IN KENTUCKY, the muse might be an older boy who says, “Take ye a slash / o’ this — hit’ll make yore sticker peck out — “; or the muse might be the moonshine the boy hands over. Either way, Maurice Manning’s The Common Man begins with a hint of the illicit and a shot of whiskey. Such an initiation forecasts the diction, desire, and occasional delinquency that course through Manning’s fourth collection, which amasses to an oral history of the landscape and community that the poet has consistently and creatively plumbed. Manning’s earlier collections each coalesce around a specific figure: an imagined adolescent (Lawrence Booth’s Book of Visions); Daniel Boone (A Companion for Owls); a breathless shepherd (Bucolics).
The eponymous speaker in The Common Man is part listener, whose poems are determined by others’ stories, and part bookish poet, whose titles — “The Old Clodhopper’s Aubade,” “A Panegyric Against the Consolation of Grief” — derive more from a library than a neighbor’s porch. Manning invokes poetic tradition to collide it with the poetry he finds in a place that’s home to pawpaw trees, philosophizing farmers, and even a talking horse. The resulting poems are a conscious mix of high and low. But more than Manning’s previous collections, this book is hellbent on narrative. Folksy, whip-smart, and self-aware, the speaker asks, “You reckon I could ever run out / of stories in my heart to tell?” The poems often unfold with the pacing and plainer syntax of prose, their lines predictably broken. Their turns occur in their turning on the reader, with metaphysically gesturing questions such as: “Were you / raised up with a beast beside you?” Or: “[M]aybe you’re thinking why / is this man so bent on darkness?” The speaker perforates the poems’ intense localness by implicating the reader in the community his poems shape, reminding her, “Part of me / resides out there, and part of you / is out there too. Let’s hope we’ve got / that much in common, a fair amount / if you think about it very long.”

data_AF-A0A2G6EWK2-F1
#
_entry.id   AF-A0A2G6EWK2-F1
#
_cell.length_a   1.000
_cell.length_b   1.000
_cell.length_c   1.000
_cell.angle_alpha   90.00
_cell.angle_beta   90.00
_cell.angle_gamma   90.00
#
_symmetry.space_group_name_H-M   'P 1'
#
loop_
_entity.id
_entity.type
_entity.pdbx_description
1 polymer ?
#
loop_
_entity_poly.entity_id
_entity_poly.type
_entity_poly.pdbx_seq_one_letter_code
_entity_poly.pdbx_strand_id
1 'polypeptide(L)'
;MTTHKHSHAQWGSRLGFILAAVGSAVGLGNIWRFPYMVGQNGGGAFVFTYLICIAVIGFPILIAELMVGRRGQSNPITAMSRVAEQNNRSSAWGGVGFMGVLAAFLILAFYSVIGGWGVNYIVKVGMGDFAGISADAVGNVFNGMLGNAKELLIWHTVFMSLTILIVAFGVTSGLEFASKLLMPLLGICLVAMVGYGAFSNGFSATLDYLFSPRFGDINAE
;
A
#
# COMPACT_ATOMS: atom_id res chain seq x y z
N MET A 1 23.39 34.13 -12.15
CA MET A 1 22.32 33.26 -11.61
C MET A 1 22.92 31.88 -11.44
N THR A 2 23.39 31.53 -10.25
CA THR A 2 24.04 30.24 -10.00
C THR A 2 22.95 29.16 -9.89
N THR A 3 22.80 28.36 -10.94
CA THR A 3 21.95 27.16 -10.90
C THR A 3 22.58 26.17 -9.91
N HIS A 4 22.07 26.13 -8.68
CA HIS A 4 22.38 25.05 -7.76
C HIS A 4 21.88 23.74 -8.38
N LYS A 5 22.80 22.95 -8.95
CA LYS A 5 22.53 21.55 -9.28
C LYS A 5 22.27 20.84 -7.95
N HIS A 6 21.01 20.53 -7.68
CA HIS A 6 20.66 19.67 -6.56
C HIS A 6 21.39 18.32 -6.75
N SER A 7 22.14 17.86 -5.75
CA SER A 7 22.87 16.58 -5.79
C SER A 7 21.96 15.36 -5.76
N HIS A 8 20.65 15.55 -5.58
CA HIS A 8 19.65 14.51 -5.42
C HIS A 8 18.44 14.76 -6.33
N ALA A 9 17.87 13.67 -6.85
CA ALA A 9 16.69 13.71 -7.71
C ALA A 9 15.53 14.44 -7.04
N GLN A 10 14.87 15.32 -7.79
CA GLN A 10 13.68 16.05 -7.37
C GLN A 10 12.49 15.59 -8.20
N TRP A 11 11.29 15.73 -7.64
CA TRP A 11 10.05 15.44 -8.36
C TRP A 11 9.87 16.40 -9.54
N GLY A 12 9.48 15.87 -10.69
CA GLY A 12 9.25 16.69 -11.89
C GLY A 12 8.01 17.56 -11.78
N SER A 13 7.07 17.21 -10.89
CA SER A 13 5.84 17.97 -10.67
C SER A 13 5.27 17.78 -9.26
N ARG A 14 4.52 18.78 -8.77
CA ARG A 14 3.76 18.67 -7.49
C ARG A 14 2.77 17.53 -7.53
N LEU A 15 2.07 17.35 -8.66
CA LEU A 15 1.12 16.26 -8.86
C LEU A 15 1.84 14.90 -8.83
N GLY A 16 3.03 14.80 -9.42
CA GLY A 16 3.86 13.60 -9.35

The poems take on the burden of many sadnesses that transcend place: the sadness that comes from relying on a remote God, the sadness that comes from mourning an irretrievable past, the sadness that comes from longing for the love of a good woman. Though Manning dedicates this book to the memory of his grandmothers, the women in these poems are elusive, appearing only in the form of fantasy, comic relief, or some amalgam of the two. This reader wonders what stories they might tell, were they given more chances to speak.